Posts Tagged With: Spring

Terraces on the way to Den Haag HS (Or: Blue skies)

The grey skies briefly disappeared this afternoon. It gave me a great opportunity to take a picture of the terraces near the Holland Spoor (HS) train station.

In other news:

  • Amsterdam plants mini-gardens around bins in drive to cut littering from theguardian.com – in the Netherlands you generally have either trash pick up once a week or your street has underground trash containers like those pictured in the article. The main drawback to underground containers is the likelihood that people will simply leave their trash next to the container if it is already full.
  • Verzorgingshuis ‘Het Uiterjoon’ wint het vaatje Hollandse Nieuwe from omroepwest.nl – the first herring catch of the year is always a big deal in the Netherlands, especially in Scheveningen with Vlaggertjesdag (Flag Day). Originally it marked the day fishing ships left Scheveningen to catch herring, but these days it marks when that season’s herring can legally be sold. Normally the first barrel of about 45 herring is sold at auction with the proceeds going to charity and then the following day the sale of herring is allowed nationwide. To give you an example of the prices, in 2012 the first barrel was auctioned for €95,000. However, due to the corona crisis the first two barrels were instead given away – one barrel went to a German hospital for their assistance with coordinating ICU patients (article in Dutch from duitslandinstituut.nl). The other barrel went to a Dutch nursing home, which you can read about in the original article above.
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The clock strikes 12 (Or: Bustling terraces in The Hague)

Today’s the day! As of 12:00 in The Netherlands, cafés and restaurants could again open their doors for both inside service and service on the terrace, with the former requiring reservations. I’ll admit my curiosity got the better of me so I set out to get some photos for the blog.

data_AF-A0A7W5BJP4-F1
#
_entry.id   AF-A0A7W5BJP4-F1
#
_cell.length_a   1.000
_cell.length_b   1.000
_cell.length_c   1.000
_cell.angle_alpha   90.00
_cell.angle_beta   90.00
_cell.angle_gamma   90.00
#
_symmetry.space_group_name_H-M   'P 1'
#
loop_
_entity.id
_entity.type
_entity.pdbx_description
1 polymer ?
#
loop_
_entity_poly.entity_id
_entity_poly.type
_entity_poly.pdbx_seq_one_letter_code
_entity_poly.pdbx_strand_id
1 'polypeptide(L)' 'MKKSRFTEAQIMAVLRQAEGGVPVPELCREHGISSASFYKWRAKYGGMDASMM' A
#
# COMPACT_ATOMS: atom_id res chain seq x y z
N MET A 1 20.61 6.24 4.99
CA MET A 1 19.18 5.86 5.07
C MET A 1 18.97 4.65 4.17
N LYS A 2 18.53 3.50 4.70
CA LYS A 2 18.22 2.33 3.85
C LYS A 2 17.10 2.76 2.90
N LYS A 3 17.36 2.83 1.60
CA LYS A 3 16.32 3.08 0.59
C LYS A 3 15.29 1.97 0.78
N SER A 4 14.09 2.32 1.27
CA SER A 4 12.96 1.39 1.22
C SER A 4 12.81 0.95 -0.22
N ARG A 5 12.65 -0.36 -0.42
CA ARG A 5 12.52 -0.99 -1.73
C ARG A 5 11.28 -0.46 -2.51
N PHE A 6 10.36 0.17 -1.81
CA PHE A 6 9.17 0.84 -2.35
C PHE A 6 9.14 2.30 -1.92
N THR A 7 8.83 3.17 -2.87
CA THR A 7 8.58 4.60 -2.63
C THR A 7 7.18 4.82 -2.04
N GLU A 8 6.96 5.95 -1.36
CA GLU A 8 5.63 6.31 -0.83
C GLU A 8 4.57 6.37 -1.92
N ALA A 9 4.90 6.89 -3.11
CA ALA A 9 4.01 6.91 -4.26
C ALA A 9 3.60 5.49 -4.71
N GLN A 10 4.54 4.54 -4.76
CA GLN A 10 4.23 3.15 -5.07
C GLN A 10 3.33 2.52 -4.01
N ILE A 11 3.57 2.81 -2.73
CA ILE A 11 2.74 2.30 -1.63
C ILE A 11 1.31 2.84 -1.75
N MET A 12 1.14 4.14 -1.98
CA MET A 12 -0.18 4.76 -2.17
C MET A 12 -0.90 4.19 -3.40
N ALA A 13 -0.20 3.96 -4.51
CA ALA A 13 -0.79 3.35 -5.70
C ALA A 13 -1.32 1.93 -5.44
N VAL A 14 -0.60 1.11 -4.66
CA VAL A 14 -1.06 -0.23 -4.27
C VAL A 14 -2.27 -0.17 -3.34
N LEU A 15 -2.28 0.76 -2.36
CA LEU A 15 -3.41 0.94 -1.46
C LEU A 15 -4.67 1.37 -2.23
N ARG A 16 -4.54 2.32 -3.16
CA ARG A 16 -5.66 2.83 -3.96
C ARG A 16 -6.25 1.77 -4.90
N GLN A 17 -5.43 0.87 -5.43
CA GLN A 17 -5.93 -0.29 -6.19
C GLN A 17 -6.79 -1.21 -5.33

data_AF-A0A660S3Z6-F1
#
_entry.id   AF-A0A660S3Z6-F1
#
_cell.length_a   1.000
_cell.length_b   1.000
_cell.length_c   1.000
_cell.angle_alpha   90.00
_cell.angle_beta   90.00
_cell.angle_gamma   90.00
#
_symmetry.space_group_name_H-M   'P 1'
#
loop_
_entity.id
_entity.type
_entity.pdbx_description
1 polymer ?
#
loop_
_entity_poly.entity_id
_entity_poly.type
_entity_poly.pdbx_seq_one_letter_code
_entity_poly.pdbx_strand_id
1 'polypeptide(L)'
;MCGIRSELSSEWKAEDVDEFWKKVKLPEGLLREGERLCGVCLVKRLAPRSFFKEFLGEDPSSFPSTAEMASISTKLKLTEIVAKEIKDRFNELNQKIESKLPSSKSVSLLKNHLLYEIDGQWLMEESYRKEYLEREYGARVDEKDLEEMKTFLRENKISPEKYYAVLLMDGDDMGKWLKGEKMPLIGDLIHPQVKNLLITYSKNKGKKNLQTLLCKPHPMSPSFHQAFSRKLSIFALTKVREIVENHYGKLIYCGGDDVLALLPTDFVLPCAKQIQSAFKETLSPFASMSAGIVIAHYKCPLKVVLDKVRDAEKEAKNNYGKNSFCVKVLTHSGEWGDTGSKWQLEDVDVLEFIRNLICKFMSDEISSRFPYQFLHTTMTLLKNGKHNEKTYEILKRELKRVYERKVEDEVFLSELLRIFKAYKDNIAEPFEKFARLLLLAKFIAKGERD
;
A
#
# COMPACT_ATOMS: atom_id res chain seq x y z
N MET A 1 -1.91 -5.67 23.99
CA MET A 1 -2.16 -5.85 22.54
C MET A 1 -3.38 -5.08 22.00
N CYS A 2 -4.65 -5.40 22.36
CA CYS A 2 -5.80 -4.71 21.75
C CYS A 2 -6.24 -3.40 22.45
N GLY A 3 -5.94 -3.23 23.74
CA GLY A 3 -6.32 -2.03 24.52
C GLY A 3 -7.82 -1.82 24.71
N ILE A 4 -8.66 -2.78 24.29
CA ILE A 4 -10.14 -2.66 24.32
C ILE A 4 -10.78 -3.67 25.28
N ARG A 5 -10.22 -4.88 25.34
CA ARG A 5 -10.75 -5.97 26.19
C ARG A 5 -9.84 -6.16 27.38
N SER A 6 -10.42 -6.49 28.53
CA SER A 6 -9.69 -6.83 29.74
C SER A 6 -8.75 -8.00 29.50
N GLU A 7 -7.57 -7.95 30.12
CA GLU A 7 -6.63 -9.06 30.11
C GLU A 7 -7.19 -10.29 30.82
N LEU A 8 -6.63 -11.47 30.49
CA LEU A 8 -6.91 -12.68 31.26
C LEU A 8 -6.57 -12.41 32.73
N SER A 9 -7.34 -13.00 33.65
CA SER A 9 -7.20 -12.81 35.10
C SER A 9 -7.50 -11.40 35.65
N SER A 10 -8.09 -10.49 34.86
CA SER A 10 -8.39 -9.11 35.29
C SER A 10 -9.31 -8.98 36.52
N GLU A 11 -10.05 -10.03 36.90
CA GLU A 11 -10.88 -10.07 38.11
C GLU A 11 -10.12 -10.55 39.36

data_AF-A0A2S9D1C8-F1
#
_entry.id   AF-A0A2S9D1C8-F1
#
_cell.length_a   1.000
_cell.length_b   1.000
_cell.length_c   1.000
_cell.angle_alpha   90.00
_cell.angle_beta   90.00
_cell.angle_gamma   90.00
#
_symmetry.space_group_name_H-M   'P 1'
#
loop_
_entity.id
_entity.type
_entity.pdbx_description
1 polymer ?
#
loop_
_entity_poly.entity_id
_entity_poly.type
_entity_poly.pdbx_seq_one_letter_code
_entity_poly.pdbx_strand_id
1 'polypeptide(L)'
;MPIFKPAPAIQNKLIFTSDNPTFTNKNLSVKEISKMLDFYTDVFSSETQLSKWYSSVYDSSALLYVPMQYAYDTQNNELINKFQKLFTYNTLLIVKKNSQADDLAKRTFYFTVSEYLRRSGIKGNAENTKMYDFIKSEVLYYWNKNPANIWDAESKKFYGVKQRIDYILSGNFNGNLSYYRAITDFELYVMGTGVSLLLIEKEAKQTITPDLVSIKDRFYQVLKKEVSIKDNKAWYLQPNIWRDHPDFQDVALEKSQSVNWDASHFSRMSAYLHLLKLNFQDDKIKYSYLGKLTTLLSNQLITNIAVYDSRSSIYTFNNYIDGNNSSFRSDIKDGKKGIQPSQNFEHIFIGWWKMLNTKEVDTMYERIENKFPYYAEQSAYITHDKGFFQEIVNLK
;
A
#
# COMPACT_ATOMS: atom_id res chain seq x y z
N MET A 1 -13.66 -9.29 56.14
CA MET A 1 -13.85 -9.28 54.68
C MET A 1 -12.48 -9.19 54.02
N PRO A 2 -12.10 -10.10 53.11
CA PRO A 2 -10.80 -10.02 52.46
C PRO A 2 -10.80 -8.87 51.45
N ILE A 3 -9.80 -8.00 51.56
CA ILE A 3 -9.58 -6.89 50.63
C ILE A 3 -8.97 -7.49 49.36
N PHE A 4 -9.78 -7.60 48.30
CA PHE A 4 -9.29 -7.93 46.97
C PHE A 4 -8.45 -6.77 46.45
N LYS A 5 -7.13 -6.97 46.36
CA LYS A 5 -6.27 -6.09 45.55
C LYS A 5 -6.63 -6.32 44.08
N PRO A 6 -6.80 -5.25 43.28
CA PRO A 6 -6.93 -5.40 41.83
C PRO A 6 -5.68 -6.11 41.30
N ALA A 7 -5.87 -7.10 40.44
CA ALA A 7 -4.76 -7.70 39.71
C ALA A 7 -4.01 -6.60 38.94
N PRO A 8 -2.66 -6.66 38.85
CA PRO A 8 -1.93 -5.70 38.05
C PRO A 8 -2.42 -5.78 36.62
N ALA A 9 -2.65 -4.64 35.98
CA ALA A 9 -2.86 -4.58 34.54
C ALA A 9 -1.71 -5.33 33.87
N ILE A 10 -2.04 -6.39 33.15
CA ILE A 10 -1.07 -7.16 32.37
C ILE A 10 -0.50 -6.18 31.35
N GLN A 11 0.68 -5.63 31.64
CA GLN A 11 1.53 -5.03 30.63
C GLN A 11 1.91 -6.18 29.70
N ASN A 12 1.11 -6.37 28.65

I suspected that the city centre would be rather busy so I took an alternative route to get around in the beginning. However in the end I found it was easy enough to move around safely due to the ban on cyclists this weekend on the Grote Markt street.

First up we have the Grote Markt plaza, which I was most curious about:

I’ll admit I really like what this area has done. They’ve kept it rather inviting and it is easy to see where there is a free table. The separate entrance and exit is clearly labeled and they even have colored flags placed down the aisle of the exit area, although it’s a bit hard to see in this photo.

Next we have a look at the terrace by ‘t Goude Hooft, a fancy restaurant/hotel combo:

And finally here is a look at the plein by the Buitenhof. Surprisingly there was still a lot of space left here, although the area pictured is a self-serve bar that has very limited food options. I’m always a fan of this place since you need to pay right away. That means you are never stuck at the end trying to flag down the waiter to get the bill. But I digress…

Two other interesting things I saw but did not take a photo of: six tourists on segways around the Binnenhof area. It was weird to see segways at all, let alone in these times, but they were speaking Dutch so they weren’t foreigners. The other interesting thing was a tiny, one person van with a loud speaker strapped to the top, from which they were broadcasting music quite loudly while driving around. Most likely to get everyone in the festive mood. The side of the van said “Hou je Haags”, an expression I blogged about a while back.

Did you realize we are now in June? Crazy. Bring on a (safe) summer! ☀️

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Two different towers (And: A waiting seagull?)

A few weeks ago I took this photo of the Ridderzaal in the Binnenhof: